Chick update: chicks are two months old today

young chicks

Chicks after 8 weeks

It was only when I looked at photos of when the chicks had hatched that I realised that they were born exactly 2 months ago today (27th May 2013).

I have now taken the rooster back to the neighbour and the three older chickens keep the young ones in check.

A couple of the young male chickens have already started play-fighting but it’s not serious and they soon get bored.

The total count is 4 females and 5 males so I’m really pleased: the whole point of increasing the flock of laying hens has been achieved.

8-week-old chicks

Chicks at 8 weeks: female on the left, males in the centre and on the right

Because I was going to be getting some more eating chickens we cleaned out and disinfected the greenhouse in preparation. However, the shop won’t be getting eating chickens in until the middle of August.

I’ve closed the door to the greenhouse and yesterday the chicks ventured inside for the first time.

Rearing the chicks

recently hatched chick

28th May 2013: recently hatched chick

 Although one chick hatched on the 20th day of incubation (28th May 2013), by the morning of the 21st day another seven had hatched. One was still chipping through and followed shortly after. 

After hatching, I left the chicks in the incubator to dry out. I then moved them to a box with paper shreddings and some food and water, putting them back in the heated incubator at night.

recenytly hatched chicks

28th May 2013: chicks had hatched during the night

I then transferred them to a larger box with a sprinkling of sawdust on the floor. The feeder was an upturned plastic lid with a smaller glass to stop them walking through the food. I put some water in a flan mould filled with clay baking beans so that they wouldn’t drown in the water.

1st June 2013: chicks are four days old

1st June 2013: chicks are four days old

 For more about the incubation process, see this: incubating the eggs

Hatching eggs in an incubator

eggs in incubator

Eggs in incubator

We put the 14 eggs in the incubator on 7th May 2013. I’m not sure how many had been fertilised but we should be able to see after 7 days.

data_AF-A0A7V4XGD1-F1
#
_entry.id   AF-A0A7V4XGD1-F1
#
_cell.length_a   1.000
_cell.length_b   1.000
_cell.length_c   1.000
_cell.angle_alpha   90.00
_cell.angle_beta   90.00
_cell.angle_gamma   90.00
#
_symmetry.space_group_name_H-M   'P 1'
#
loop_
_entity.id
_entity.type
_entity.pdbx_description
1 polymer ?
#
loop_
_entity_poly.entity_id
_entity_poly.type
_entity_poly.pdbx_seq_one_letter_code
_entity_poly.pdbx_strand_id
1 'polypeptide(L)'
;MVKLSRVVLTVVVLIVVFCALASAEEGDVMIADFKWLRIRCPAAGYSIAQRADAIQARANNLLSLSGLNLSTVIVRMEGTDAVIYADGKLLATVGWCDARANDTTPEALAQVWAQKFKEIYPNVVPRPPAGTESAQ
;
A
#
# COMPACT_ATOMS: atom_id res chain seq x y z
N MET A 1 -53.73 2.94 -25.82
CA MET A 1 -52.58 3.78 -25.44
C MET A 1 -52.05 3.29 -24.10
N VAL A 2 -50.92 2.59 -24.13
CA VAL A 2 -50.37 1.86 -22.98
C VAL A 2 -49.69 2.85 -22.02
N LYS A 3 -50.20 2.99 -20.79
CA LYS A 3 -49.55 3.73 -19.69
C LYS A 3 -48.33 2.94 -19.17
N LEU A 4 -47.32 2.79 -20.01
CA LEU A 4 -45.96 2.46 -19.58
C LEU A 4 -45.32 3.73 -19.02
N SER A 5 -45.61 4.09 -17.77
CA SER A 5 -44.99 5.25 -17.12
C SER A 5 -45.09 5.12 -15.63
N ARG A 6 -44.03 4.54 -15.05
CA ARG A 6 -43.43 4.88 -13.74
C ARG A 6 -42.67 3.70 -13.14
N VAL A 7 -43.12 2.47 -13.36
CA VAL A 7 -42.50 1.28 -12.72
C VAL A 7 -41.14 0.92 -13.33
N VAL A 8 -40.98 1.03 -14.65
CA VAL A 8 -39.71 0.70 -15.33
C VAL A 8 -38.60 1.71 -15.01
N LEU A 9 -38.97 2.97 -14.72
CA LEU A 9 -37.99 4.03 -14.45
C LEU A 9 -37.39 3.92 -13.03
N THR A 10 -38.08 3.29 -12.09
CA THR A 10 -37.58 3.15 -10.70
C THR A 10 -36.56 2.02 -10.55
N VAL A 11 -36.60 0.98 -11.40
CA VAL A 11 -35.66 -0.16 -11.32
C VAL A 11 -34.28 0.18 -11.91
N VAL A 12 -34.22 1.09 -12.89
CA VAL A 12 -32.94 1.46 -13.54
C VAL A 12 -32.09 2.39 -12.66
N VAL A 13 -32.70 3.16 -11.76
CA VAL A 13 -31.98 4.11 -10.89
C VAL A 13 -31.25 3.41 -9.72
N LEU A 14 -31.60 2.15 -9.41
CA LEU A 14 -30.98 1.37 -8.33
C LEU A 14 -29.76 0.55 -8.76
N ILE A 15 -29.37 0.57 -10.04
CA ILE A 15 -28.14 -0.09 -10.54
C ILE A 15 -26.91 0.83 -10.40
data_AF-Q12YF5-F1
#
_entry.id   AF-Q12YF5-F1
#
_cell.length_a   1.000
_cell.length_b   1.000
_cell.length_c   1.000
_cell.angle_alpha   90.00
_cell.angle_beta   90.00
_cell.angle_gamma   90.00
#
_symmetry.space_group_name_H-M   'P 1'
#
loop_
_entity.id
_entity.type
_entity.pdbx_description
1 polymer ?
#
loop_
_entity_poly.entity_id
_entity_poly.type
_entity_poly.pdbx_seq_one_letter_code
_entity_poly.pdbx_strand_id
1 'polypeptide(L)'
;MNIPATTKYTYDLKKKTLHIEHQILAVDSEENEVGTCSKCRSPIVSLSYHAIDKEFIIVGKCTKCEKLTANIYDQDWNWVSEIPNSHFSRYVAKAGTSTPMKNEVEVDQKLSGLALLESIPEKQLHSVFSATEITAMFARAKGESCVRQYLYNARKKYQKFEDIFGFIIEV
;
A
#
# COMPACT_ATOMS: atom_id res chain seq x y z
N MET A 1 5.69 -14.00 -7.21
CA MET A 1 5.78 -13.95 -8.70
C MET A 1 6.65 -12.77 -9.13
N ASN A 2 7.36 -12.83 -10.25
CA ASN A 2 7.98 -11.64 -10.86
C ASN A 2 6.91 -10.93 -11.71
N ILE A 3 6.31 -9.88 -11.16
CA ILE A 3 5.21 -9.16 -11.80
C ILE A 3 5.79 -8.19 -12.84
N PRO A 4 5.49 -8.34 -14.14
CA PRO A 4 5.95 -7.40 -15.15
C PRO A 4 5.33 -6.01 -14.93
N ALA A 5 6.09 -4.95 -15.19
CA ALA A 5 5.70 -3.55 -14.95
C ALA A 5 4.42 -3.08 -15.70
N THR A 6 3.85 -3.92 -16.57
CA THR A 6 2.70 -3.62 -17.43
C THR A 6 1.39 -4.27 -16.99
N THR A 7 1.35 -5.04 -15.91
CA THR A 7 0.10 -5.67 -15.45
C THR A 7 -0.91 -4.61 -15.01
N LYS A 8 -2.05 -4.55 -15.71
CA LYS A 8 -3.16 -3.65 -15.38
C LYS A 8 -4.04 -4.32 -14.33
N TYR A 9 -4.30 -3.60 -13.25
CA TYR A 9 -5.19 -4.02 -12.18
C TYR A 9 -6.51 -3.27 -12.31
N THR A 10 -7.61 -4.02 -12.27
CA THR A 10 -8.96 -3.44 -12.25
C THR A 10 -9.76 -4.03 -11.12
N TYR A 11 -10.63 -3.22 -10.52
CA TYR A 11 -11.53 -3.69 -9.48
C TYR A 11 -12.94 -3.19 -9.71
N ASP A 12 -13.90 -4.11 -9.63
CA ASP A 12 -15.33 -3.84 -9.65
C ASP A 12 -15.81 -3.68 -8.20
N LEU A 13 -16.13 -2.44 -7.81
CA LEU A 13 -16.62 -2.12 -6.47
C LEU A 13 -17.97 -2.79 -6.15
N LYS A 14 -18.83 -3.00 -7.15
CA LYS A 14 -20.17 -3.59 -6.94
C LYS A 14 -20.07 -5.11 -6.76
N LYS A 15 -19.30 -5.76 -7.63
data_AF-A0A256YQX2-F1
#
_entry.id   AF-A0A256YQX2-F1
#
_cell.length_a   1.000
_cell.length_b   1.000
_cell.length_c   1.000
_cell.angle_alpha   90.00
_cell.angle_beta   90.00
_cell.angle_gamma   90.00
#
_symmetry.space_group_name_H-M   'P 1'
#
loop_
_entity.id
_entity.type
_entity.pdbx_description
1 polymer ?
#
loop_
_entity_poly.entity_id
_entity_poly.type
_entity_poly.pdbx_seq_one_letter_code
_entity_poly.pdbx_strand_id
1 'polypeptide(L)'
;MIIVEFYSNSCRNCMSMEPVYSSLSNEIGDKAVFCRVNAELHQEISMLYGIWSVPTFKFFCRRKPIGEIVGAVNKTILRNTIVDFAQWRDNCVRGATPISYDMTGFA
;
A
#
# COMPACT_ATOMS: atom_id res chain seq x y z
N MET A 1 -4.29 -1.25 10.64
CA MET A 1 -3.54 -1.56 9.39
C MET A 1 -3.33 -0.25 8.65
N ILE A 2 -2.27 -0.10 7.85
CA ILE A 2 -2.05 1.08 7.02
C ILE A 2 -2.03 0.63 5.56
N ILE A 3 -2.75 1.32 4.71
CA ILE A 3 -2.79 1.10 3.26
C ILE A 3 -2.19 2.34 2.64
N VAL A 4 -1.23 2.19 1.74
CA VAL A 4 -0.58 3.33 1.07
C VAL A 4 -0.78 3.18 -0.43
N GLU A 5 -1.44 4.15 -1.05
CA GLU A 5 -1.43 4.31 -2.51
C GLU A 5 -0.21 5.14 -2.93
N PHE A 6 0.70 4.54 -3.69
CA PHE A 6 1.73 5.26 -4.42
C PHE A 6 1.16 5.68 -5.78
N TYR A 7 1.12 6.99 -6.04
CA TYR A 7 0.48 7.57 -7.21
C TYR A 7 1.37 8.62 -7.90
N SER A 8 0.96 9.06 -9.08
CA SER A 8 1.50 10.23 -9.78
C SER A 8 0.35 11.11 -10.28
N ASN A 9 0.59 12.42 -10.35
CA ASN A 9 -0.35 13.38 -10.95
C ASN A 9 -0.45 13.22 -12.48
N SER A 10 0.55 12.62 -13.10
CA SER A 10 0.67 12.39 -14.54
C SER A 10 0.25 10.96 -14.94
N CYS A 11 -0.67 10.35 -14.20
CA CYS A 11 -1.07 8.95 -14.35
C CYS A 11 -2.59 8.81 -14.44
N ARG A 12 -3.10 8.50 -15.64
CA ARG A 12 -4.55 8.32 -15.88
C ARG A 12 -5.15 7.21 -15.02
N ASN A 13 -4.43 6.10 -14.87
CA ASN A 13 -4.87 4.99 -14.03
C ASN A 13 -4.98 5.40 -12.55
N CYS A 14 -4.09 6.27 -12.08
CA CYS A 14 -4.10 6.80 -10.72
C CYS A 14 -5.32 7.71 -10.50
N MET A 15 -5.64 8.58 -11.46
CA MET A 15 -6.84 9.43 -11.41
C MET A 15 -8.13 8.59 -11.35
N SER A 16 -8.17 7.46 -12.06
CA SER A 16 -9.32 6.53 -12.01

The incubator has a rotating mechanism so it is not necessary to turn the eggs manually.

Every two days, we need to put some more water into the tray beneath so as to maintain the humidity level necessary for the eggs to hatch.

Last night, we put more water in and I took a couple of eggs out to candle them.

It was really exciting to see blood vessels developing inside some of the eggs and you could clearly see the outline of a minute chick.

I’m going to leave them for another 4 days and look again so that I can get rid of any that aren’t fertilised.

Apparently, it is easier to look at white eggs than brown ones and as the days went by, all I could see was some blood vessels and the air sac getting bigger. I couldn’t see any signs of life as some people on Internet were able to.

UPDATE 18th May 2013 (11th day)
When I looked at the eggs after 8 days it is not clear whether they are alive or not. I was expecting to see a heart beating but all I saw was a dark shadow and a larger air pocket at one end. I’ve no idea whether any will hatch or not, but here’s hoping.

Anyway, here is what I have learned so far about hatching and incubating eggs:
1. The eggs take 21 days to hatch
2. The ideal temperature for the incubator is 37.5ÂșC

On the 18th day, Saturday 25th May 2013, I took the incubator off the rocking cradle. For the last three days of their incubation, the eggs will not be moved. The separators of the incubator are also removed. It is also necessary to increase the humidity level just before they hatch.

On Sunday evening, one of the eggs had a hole in it and chirping could be heard. Throughout the next day the chick broke through and emerged:

  For more about the chicks progress after incubation, see this: rearing the chicks

Rooster update

roosterSo far, the rooster has shown absolutely no interest sexually in any of the hens. One of the tell-tale signs is missing feathers and all three hens have a full set.

Last night (30th April 2013), however, we spotted the rooster mounting one of the hens.

This morning, there were two eggs in the nest but I’ve got no way of knowing whether one of them belonged to that hen or not. I think I’ll keep a note of the number of eggs per day and see what happens.

Rooster sperm apparently stays in the female for up to three weeks so that should hopefully be enough for her clutch of 12 eggs. Fingers crossed he was successful.